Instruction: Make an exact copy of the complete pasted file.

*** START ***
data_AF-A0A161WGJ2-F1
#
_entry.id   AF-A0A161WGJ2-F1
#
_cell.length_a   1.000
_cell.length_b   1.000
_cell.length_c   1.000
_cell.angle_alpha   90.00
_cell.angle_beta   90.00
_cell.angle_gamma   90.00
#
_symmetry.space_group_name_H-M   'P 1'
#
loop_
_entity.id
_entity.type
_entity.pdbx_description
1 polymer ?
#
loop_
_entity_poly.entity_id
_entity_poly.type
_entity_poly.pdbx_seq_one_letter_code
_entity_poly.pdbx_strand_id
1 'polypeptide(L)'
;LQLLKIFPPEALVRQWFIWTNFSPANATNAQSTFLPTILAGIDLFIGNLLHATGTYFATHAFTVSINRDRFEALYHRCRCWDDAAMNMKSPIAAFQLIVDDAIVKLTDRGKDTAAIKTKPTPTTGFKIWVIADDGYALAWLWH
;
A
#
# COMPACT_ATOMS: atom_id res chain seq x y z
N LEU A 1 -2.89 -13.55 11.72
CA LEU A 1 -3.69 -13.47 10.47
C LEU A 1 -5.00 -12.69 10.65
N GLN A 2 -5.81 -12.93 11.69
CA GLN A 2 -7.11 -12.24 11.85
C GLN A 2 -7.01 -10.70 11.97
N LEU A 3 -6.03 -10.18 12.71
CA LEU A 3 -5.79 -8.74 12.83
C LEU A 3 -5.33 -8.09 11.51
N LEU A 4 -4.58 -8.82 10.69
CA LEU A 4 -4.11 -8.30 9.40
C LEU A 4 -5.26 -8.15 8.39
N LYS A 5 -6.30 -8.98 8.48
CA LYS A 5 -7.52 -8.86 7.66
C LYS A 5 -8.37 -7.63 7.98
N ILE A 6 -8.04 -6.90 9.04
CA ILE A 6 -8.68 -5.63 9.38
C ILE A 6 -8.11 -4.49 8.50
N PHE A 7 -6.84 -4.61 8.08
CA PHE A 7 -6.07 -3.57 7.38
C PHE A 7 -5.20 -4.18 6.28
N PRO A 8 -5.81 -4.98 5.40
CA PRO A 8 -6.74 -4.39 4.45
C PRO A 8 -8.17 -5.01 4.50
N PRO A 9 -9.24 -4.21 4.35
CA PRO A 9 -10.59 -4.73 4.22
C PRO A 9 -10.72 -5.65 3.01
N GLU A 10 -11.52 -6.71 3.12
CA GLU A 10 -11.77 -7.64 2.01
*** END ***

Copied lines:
data_AF-A0A161WGJ2-F1
#
_entry.id   AF-A0A161WGJ2-F1
#
_cell.length_a   1.000
_cell.length_b   1.000
_cell.length_c   1.000
_cell.angle_alpha   90.00
_cell.angle_beta   90.00
_cell.angle_gamma   90.00
#
_symmetry.space_group_name_H-M   'P 1'
#
loop_
_entity.id
_entity.type
_entity.pdbx_description
1 polymer ?
#
loop_
_entity_poly.entity_id
_entity_poly.type
_entity_poly.pdbx_seq_one_letter_code
_entity_poly.pdbx_strand_id
1 'polypeptide(L)'
;LQLLKIFPPEALVRQWFIWTNFSPANATNAQSTFLPTILAGIDLFIGNLLHATGTYFATHAFTVSINRDRFEALYHRCRCWDDAAMNMKSPIAAFQLIVDDAIVKLTDRGKDTAAIKTKPTPTTGFKIWVIADDGYALAWLWH
;
A
#
# COMPACT_ATOMS: atom_id res chain seq x y z
N LEU A 1 -2.89 -13.55 11.72
CA LEU A 1 -3.69 -13.47 10.47
C LEU A 1 -5.00 -12.69 10.65
N GLN A 2 -5.81 -12.93 11.69
CA GLN A 2 -7.11 -12.24 11.85
C GLN A 2 -7.01 -10.70 11.97
N LEU A 3 -6.03 -10.18 12.71
CA LEU A 3 -5.79 -8.74 12.83
C LEU A 3 -5.33 -8.09 11.51
N LEU A 4 -4.58 -8.82 10.69
CA LEU A 4 -4.11 -8.30 9.40
C LEU A 4 -5.26 -8.15 8.39
N LYS A 5 -6.30 -8.98 8.48
CA LYS A 5 -7.52 -8.86 7.66
C LYS A 5 -8.37 -7.63 7.98
N ILE A 6 -8.04 -6.90 9.04
CA ILE A 6 -8.68 -5.63 9.38
C ILE A 6 -8.11 -4.49 8.50
N PHE A 7 -6.84 -4.61 8.08
CA PHE A 7 -6.07 -3.57 7.38
C PHE A 7 -5.20 -4.18 6.28
N PRO A 8 -5.81 -4.98 5.40
CA PRO A 8 -6.74 -4.39 4.45
C PRO A 8 -8.17 -5.01 4.50
N PRO A 9 -9.24 -4.21 4.35
CA PRO A 9 -10.59 -4.73 4.22
C PRO A 9 -10.72 -5.65 3.01
N GLU A 10 -11.52 -6.71 3.12
CA GLU A 10 -11.77 -7.64 2.01